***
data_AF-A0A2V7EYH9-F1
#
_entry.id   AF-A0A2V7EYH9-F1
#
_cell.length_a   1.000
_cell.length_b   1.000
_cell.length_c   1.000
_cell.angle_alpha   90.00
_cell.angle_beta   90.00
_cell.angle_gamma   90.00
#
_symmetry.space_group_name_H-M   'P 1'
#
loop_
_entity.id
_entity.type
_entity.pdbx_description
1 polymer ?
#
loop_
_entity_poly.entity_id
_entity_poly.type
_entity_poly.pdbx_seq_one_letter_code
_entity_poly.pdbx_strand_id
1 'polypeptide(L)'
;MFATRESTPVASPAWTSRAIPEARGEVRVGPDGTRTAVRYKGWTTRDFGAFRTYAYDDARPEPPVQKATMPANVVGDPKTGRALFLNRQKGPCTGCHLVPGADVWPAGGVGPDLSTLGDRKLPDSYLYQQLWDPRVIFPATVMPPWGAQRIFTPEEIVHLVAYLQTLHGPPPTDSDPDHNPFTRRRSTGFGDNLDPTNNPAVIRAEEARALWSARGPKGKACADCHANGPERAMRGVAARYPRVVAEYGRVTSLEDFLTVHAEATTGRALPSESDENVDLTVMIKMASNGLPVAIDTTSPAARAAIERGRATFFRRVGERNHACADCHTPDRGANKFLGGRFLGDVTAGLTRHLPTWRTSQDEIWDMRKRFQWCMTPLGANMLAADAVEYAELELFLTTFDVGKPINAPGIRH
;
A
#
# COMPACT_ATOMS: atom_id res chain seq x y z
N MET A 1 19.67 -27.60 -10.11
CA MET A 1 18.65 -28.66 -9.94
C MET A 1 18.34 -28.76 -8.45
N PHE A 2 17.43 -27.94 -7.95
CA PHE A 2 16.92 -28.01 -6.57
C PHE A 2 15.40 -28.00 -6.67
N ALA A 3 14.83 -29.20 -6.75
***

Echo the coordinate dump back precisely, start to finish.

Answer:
data_AF-A0A2V7EYH9-F1
#
_entry.id   AF-A0A2V7EYH9-F1
#
_cell.length_a   1.000
_cell.length_b   1.000
_cell.length_c   1.000
_cell.angle_alpha   90.00
_cell.angle_beta   90.00
_cell.angle_gamma   90.00
#
_symmetry.space_group_name_H-M   'P 1'
#
loop_
_entity.id
_entity.type
_entity.pdbx_description
1 polymer ?
#
loop_
_entity_poly.entity_id
_entity_poly.type
_entity_poly.pdbx_seq_one_letter_code
_entity_poly.pdbx_strand_id
1 'polypeptide(L)'
;MFATRESTPVASPAWTSRAIPEARGEVRVGPDGTRTAVRYKGWTTRDFGAFRTYAYDDARPEPPVQKATMPANVVGDPKTGRALFLNRQKGPCTGCHLVPGADVWPAGGVGPDLSTLGDRKLPDSYLYQQLWDPRVIFPATVMPPWGAQRIFTPEEIVHLVAYLQTLHGPPPTDSDPDHNPFTRRRSTGFGDNLDPTNNPAVIRAEEARALWSARGPKGKACADCHANGPERAMRGVAARYPRVVAEYGRVTSLEDFLTVHAEATTGRALPSESDENVDLTVMIKMASNGLPVAIDTTSPAARAAIERGRATFFRRVGERNHACADCHTPDRGANKFLGGRFLGDVTAGLTRHLPTWRTSQDEIWDMRKRFQWCMTPLGANMLAADAVEYAELELFLTTFDVGKPINAPGIRH
;
A
#
# COMPACT_ATOMS: atom_id res chain seq x y z
N MET A 1 19.67 -27.60 -10.11
CA MET A 1 18.65 -28.66 -9.94
C MET A 1 18.34 -28.76 -8.45
N PHE A 2 17.43 -27.94 -7.95
CA PHE A 2 16.92 -28.01 -6.57
C PHE A 2 15.40 -28.00 -6.67
N ALA A 3 14.83 -29.20 -6.75